Chemicals may affect size of boys genitals

Discussion in 'New Member Introductions' started by empressfromme, May 29, 2005.

  1. empressfromme

    empressfromme New Member

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    Chemicals affect boys' genital size

    High levels during moms' pregnancy hurt development, study says
    May 27, 2005

    BY SETH BORENSTEIN
    KNIGHT RIDDER NEWSPAPERS


    WASHINGTON -- Baby boys are far more likely to have smaller, less developed genitals if their mothers had high levels of chemicals commonly found in cosmetics, detergents, medicines and plastics, a study released Friday said.


    The higher the levels of the chemical compound phthalates in the mothers during the final months of pregnancy, the less masculine their boys were when examined by pediatricians, said the study's lead author, Shanna Swan, a professor of reproductive epidemiology at the University of Rochester in New York.


    "We were able to show, even with a relatively small sample, that phthalate-exposed boys have an increased likelihood of a cluster of genital changes," Swan said Thursday.


    The infant sons of the high phthalate-level moms had more instances of smaller penises and scrotums and not properly descended testicles, according to the peer-review study published in the journal Environmental Health Perspectives. Boys of highly exposed moms were four to 10 times more likely to have reduced genital development.


    The most glaring difference between exposed boys was in the anogenital distance, the measurement from the genitals to the anus. In males it is twice the size of females, and a smaller distance has been shown in animal studies to indicate reduced testosterone levels.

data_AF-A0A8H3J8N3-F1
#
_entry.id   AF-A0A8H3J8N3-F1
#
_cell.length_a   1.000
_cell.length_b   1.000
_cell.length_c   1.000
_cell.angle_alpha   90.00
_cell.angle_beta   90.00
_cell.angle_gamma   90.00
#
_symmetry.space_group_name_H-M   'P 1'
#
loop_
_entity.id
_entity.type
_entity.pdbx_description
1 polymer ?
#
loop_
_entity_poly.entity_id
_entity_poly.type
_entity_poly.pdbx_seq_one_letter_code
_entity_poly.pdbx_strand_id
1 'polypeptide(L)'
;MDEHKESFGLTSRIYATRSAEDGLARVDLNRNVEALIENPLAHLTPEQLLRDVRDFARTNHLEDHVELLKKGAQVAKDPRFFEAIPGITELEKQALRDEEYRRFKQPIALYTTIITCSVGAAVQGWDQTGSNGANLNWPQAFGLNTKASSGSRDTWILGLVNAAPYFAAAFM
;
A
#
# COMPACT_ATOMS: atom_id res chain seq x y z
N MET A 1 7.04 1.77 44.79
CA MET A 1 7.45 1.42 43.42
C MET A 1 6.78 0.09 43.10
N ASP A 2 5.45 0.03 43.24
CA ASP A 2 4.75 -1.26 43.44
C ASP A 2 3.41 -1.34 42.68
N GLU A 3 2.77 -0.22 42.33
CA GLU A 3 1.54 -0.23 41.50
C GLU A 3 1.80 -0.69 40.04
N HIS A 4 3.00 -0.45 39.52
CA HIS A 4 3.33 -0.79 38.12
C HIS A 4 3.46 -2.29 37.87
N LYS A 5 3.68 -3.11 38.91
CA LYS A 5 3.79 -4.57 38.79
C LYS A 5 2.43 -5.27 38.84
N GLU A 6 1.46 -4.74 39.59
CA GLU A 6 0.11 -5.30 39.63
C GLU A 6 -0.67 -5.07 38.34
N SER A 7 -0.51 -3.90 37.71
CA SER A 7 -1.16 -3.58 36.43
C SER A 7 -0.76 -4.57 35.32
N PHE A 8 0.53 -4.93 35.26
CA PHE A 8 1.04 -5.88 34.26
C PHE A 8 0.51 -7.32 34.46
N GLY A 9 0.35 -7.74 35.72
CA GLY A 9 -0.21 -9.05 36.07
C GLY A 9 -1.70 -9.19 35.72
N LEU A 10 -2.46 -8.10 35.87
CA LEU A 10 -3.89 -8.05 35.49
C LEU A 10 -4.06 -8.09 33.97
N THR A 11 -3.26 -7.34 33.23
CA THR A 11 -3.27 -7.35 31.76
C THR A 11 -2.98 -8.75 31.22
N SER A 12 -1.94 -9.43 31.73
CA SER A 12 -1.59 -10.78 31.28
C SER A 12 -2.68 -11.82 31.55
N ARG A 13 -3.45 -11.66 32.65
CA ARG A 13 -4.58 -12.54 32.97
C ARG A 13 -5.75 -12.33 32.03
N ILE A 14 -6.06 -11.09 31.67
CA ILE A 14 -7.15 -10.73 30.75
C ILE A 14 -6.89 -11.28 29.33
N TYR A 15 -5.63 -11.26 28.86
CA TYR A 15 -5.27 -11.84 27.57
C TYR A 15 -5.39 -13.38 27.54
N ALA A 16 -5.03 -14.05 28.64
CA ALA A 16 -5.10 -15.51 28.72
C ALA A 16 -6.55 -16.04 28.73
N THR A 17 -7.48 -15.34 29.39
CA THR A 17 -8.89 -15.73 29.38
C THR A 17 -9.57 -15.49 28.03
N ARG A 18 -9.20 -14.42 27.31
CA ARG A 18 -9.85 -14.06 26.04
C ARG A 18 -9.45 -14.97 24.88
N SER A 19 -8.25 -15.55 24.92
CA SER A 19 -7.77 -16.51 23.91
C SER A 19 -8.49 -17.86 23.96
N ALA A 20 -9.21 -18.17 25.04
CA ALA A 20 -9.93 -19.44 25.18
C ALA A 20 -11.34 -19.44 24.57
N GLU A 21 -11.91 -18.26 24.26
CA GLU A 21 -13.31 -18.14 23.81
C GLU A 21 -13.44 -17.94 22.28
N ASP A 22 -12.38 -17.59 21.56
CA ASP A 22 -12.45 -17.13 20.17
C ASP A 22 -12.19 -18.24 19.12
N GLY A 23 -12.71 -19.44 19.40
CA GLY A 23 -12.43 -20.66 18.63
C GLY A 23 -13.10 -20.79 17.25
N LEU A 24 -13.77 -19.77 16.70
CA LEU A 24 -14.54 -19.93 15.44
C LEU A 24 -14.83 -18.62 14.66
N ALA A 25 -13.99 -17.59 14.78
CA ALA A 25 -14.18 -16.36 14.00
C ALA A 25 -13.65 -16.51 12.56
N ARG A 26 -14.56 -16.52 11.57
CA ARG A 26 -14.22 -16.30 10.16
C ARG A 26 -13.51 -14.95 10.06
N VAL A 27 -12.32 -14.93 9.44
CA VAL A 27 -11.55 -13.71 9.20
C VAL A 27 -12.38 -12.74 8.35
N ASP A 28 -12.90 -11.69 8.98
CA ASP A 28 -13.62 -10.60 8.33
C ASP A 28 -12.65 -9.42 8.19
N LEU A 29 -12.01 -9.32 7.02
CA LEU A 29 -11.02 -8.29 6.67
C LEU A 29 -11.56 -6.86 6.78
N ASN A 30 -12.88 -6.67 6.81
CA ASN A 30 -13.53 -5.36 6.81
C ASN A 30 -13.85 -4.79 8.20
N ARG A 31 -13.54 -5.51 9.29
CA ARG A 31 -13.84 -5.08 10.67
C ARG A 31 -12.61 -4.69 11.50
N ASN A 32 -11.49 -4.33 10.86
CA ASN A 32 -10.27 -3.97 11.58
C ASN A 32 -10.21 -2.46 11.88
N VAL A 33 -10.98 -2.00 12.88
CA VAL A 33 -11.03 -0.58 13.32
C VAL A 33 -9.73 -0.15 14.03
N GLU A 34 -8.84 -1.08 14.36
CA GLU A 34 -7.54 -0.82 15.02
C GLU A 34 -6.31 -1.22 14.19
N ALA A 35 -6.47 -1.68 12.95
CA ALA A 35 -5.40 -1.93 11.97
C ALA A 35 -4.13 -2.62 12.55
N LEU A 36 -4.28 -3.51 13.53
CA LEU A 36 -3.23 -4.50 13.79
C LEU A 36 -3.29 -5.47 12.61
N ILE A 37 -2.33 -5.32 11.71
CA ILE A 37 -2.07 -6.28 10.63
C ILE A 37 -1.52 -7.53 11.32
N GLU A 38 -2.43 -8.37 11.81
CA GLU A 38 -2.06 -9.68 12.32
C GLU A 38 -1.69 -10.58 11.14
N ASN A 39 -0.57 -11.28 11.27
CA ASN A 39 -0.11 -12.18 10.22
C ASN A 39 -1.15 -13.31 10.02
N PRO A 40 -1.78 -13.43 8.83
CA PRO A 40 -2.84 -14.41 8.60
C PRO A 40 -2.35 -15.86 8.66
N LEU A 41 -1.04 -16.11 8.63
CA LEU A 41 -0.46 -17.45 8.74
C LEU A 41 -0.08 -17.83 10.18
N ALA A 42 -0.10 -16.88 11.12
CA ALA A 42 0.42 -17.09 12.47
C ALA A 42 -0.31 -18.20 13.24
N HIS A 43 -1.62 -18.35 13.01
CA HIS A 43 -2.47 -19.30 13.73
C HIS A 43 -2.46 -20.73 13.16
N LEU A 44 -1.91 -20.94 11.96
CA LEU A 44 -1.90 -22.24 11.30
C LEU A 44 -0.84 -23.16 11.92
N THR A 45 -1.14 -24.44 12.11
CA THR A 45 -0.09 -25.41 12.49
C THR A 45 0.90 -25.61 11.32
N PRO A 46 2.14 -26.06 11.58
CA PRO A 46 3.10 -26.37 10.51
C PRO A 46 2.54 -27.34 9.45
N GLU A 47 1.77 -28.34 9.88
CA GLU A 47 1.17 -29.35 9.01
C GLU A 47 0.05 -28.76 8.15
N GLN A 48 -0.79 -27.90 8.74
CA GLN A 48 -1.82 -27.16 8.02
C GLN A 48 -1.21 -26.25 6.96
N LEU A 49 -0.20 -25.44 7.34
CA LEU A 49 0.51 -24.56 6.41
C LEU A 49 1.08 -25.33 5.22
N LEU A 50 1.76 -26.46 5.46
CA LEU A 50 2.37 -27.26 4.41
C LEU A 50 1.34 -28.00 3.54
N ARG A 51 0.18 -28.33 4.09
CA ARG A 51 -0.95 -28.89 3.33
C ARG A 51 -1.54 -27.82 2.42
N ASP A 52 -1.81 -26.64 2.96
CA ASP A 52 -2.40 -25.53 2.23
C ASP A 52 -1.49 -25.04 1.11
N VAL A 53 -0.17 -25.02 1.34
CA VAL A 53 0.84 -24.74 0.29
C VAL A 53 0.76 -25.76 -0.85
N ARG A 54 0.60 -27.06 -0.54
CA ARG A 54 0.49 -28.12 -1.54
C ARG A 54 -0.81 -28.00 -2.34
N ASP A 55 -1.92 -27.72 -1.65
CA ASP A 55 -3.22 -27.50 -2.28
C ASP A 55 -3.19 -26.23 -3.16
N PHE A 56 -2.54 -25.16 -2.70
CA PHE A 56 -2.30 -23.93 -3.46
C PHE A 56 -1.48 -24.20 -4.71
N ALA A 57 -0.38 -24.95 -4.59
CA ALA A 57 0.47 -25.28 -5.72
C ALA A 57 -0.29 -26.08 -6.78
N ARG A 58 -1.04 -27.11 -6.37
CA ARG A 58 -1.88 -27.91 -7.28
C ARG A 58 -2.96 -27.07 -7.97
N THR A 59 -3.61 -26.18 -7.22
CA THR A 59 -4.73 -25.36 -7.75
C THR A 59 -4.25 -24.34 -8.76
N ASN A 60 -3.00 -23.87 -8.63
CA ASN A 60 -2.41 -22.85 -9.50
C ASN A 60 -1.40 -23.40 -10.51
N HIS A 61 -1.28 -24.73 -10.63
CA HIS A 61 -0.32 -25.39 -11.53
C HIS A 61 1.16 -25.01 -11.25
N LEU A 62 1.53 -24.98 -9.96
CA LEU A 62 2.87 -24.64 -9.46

Nine of the 10 boys exposed to the highest mix of different phthalates had short anogenital distances.


    Scientists are concerned that these boys might go into puberty late, be infertile and contract testicular cancer because that's what rats with similar reduced anogenital distances showed, said Earl Gray, a senior research biologist at the federal Environmental Protection Agency.


    The mothers in the federally funded study -- including those with high phthalate levels -- showed similar levels in the range and amounts of the chemicals as the average American, based on previous studies by the federal Centers for Disease Control and Prevention, said study coauthor Antonia Calafat, the CDC's lead research chemist.


    "If I were pregnant, I would try to keep my phthalate levels low," said study coauthor Christine Ternand, a professor of pediatric endocrinology at the University of Minnesota. "How I would do that would be a tricky thing."


    Phthalates are used as plasticizers, solvents, coatings and perfume fixatives. They are in hundreds of products, including food packaging, coatings on time-released medicines, soap, shampoo, nail polish, hair sprays, detergents, and vinyl floor coverings.


    Marian Stanley, a senior director of the American Chemistry Council and spokeswoman for a group of companies that use phthalates, said it was too hard to come to any conclusion from the Swan study, especially since it involved too few people.


    The study, conducted in Minneapolis, St. Paul, Minn., Columbia, Mo., and Los Angeles, examined 85 infant boys and used urine samples taken from their mothers during the last few months of pregnancy. The National Institutes of Health and the EPA paid for it.
     
  2. geist

    geist Member

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    sort of scary... to think about it.
     
  3. DC_DEEP